The value of a 'fortresslike balance sheet': Scripps Health's CFO on weathering storms

Healthcare CFOs are facing headwinds as they enter the final stretch of 2023. Becker's connected with Brett Tande, CFO and corporate senior vice president of San Diego-based Scripps Health, to learn how the system is focusing on financial health, from generative AI to smart growth to a durable balance sheet. 

Q: What are the top three strategic financial priorities for your health system in the next fiscal year? How do these align with the organization's overall mission and goals?

Brett Tande: In no particular order, Scripps has been focused on getting back into the black, finding opportunities for smart growth and funding the significant unfunded mandates such as SB1953 (seismic) and SB525 (the new statewide healthcare minimum wage mandate). These goals are all interrelated and require a continued focus on exceptionally high clinical quality and patient satisfaction. Our ability to deliver on these priorities enables us to meet our mission which, in short form, is to provide superior health services in a caring environment and to make a positive, measurable difference in the health of individuals in the communities we serve. These priorities will endure not only in this next fiscal year, but likely for years to come.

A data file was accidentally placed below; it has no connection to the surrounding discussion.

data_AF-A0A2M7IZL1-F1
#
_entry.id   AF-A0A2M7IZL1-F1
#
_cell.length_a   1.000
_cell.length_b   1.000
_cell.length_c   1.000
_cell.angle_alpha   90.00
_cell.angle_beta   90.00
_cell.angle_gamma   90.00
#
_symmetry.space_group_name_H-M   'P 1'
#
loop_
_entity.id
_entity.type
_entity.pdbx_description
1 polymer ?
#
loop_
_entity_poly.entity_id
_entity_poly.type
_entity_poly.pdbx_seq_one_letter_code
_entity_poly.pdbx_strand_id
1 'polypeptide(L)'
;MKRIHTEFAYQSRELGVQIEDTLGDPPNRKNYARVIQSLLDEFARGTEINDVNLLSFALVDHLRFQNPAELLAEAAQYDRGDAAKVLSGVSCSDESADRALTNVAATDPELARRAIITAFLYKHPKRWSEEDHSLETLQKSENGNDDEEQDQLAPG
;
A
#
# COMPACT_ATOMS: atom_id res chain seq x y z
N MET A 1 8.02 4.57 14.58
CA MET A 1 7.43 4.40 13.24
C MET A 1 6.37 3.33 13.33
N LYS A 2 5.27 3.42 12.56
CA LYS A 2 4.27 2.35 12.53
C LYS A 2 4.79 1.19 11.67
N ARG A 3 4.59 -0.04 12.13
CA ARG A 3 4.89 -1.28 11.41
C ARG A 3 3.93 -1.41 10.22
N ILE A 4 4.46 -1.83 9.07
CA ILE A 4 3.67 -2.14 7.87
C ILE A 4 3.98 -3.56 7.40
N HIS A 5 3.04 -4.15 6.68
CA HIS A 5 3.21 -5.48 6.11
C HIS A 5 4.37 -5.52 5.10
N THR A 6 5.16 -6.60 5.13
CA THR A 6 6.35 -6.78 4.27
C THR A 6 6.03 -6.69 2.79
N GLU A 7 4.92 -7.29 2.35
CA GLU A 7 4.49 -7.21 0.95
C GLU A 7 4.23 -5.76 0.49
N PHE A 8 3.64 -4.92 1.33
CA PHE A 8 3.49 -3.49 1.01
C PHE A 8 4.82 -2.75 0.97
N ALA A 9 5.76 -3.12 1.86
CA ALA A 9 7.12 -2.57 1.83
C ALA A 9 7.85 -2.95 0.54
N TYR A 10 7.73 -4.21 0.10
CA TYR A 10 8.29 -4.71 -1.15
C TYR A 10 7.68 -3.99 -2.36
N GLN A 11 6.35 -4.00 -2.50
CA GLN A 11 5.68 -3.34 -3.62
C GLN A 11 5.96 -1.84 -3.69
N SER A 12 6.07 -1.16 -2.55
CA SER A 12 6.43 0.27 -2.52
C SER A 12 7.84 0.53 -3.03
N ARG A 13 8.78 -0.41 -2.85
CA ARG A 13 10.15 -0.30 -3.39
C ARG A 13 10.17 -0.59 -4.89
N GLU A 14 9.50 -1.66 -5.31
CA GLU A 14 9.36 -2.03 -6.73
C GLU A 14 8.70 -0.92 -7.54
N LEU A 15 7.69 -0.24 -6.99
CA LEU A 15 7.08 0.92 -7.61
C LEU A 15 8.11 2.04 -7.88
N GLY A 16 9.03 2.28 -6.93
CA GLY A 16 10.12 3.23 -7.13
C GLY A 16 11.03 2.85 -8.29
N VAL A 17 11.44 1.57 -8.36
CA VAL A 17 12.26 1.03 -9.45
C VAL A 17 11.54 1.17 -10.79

Q: What are the biggest financial challenges facing your health system today? On the other hand, what are the most promising financial opportunities?

BT: The continued mismatch in inflationary pressures on the expense side and the rigidity of health care reimbursement on the revenue side. Typical Medicare hospital increases are roughly 3 percent per year, and this year, the Medicare physician fee schedule is actually declining about 3 percent. Commercial insurers continue to push against any increases in reimbursement. On our expense side, with labor and supplies eating up 70 percent to 80 percent of total expenses, it is not surprising to learn that our expenses are rising at 5 percent to 7 percent per year. That mismatch is not sustainable, and our management efforts are intended to close up that gap.